photo by Ragaabhinaya
Bargaining is a big thing in India. If you are good at bargaining, you can get anything for a fantastic price. Sadly, it is a talent I do not possess. I would rather go to a 'fixed price' shop and buy something for the quoted price than put myself through the stress of wondering what the actual price of the article might have been, how much I am being overcharged, what the best price of the item would be and the actual ritual of haggling! Phew!
I needed some paper for a bank request this morning. There are only two places where one can get this paper but both were out of my reach. There is also a third place which sells them but for an extra cost, the latter depending on how well you can bargain. In a little shop on the courtyard of a court.
Near the entrance of this building, there are a number of typists who type up affidavits and similar legal documents. There are lawyers in the designated black coats, smoking, drinking coffee or just standing around waiting for gullible victims they can make a quick buck out of. There is a small shop that sells coffee, tea, snacks (chakkuli, nippattu, etc) and some miscellaneous items (for e.g. smokes). It is here that you can also buy these papers.
As soon as I walked in the gate, I was intercepted by a man in black coat, who looked every bit like a crook. I had no choice but to explain to him what it was that I wanted. After all, I had been told to expect that. With an unabashed tone, he said to me, "It will cost you 400 rupees". Four hundred bucks for something worth 200? Was he out of his mind? I forced myself to remain calm and told him that someone sent me here saying it would cost me 250 rupees only. He insisted that it were not easily available, so I had to pay him an extra 200 rupees to procure it. Two hundred bucks to procure it, my ass!
I put on the best helpless look I could and told to him that I did not have that much money with me. I went on to describe my 'circumstances' to him, telling him that I had to pay a fee of 200 rupees at the bank and I brought just enough money with me to pay him 250 rupees. Clearly, he had seen enough people like me (probably more) to know that I was haggling with him. Initially he refused to budge but when I insisted that I really did not have enough money, he obliged and reduced the cost to 350 rupees. Are you kidding me? Do you not understand "I do not have so much money"? I kept repeating my story to him as many times as it took to get him to down his price further. Also, because I could not think of anything else to say. Also, because nagging and repeating is what I do best. Sic.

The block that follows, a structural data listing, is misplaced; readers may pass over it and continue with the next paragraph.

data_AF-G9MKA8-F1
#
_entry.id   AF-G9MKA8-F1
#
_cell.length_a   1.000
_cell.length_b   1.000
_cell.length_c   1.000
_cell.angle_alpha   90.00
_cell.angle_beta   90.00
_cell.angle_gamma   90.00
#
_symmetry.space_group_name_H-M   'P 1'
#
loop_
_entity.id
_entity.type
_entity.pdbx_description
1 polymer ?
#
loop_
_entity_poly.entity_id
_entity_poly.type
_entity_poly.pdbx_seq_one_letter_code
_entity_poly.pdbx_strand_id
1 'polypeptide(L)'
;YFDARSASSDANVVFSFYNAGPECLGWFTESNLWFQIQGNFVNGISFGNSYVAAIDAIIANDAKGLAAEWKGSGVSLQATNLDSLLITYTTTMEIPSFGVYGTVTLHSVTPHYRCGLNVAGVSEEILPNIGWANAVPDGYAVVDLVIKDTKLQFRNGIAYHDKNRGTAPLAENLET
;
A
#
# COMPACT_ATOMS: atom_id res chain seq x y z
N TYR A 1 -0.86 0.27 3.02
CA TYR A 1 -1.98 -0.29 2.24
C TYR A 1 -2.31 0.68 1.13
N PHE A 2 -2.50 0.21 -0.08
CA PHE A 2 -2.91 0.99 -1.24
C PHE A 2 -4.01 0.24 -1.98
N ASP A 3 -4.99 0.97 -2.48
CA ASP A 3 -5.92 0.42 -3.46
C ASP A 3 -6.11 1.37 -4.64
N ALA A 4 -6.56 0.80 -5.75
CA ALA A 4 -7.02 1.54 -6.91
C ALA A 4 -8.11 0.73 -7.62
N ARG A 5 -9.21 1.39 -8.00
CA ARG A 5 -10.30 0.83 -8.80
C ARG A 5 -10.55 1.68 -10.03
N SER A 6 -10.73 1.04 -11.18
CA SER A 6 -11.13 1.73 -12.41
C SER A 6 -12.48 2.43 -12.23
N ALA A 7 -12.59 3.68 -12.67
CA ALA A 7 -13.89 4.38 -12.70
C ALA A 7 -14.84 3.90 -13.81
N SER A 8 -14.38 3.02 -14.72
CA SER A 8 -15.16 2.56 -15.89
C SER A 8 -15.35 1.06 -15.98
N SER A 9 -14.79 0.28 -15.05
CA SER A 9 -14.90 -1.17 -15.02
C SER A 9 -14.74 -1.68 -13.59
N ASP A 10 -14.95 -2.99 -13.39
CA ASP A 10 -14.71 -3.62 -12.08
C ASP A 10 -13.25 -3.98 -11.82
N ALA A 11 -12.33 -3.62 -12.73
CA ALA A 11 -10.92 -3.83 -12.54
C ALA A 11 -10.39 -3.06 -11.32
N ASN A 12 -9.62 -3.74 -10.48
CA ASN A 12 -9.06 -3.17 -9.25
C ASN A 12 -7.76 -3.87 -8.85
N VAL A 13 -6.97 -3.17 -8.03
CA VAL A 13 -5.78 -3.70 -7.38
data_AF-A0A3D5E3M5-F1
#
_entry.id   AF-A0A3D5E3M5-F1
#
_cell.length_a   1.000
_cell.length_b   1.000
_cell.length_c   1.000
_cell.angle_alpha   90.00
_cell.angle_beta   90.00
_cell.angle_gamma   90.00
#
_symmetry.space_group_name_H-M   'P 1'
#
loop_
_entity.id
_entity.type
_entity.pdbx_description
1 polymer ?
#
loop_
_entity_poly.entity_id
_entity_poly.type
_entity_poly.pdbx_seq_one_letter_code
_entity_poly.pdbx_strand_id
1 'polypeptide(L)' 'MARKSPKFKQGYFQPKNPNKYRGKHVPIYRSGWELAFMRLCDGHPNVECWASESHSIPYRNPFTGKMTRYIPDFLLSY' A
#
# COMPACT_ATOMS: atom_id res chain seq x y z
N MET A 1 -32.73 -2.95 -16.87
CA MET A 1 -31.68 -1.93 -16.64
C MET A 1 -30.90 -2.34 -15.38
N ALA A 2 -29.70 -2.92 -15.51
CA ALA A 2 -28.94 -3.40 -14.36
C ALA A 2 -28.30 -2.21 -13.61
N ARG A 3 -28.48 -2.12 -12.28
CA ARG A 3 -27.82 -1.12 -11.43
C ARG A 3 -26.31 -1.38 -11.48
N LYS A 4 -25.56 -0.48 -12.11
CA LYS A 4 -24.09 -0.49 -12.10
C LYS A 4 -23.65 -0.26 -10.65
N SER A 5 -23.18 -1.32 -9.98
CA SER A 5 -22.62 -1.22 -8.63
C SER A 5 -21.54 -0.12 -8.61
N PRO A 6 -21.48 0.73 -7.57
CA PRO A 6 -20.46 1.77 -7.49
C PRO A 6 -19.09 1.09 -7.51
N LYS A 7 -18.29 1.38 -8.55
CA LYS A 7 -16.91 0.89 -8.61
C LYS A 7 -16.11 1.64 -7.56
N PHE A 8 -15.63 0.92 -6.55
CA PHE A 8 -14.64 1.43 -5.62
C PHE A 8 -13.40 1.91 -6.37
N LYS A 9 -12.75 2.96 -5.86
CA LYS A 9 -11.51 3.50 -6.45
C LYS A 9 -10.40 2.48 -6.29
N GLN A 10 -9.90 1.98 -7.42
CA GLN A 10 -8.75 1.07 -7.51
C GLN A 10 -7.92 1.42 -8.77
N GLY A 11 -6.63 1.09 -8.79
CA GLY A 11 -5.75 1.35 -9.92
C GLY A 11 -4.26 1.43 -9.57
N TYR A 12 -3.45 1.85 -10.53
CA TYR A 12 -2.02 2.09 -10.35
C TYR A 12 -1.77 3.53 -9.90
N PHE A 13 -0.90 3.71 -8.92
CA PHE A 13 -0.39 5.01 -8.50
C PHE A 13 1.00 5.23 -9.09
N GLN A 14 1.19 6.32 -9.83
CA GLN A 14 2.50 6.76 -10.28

Finally, he asked me how much I would pay him. I said, "They told me it will cost only 50 rupees extra sir". He, obviously, knew I was BS-ing him and I knew that he knew but I had to try. Finally, we agreed to a price of 300 rupees. He was looting me by 100 bucks. Sigh. He pointed me to the tiny shop.
I went up to the shopkeeper, who said to me that he would get it by 11AM. A 20-minute wait. In the meanwhile, I tried to find out if I could get it elsewhere instead but apparently, I could only get it at the post office if not where I was at. My husband was at the post office at the moment, so he tried there. They were working till 3PM but asked him to come back on Monday anyway. Government offices! Sigh!
So, I returned to the courtyard and waited till 11 'O' clock. I went back to the shop and he said he was still waiting for someone to bring it. The guy said he would call me when it arrived. While I waited, I saw the guy selling papers to a couple of lawyers. I went back to him and asked again. He said he was still waiting and that he would call someone. He fiddled with his mobile for a bit when I did my 'help me' act again, "Please sir, I need to go to the bank before 12 'O' clock or the bank will close". It was 11.25AM. The guy waited another 5 minutes while I stood rooted on a spot in front of his shop. Finally, he left the shop and went to bring it himself. Within 5 minutes, I got my paper. I paid him 200 bucks, trying to see if I could get away without paying extra. He gave me an incredulous look. "Madam, 50 rupees", he said, as I handed him another 50 rupee note. Well, atleast he was not trying to rob me like the lousy lawyer did.
I needed to photocopy the contents of a template onto the stamp paper. Our man in black coat was right in front of the copier. I made a quick decision. I would not go to him and pay up. I will just slink away. I've already paid 50 bucks to the guy selling me the paper. The bank had a photocopier machines anyway, they could do my document for me. As expected, they did the document for me. I felt proud of myself. I had never in my wildest dreams imagined that if someone tried to charge me 200 bucks, I would be able to bargain and get the same for 50 bucks. Hah! I had cheated the cheater.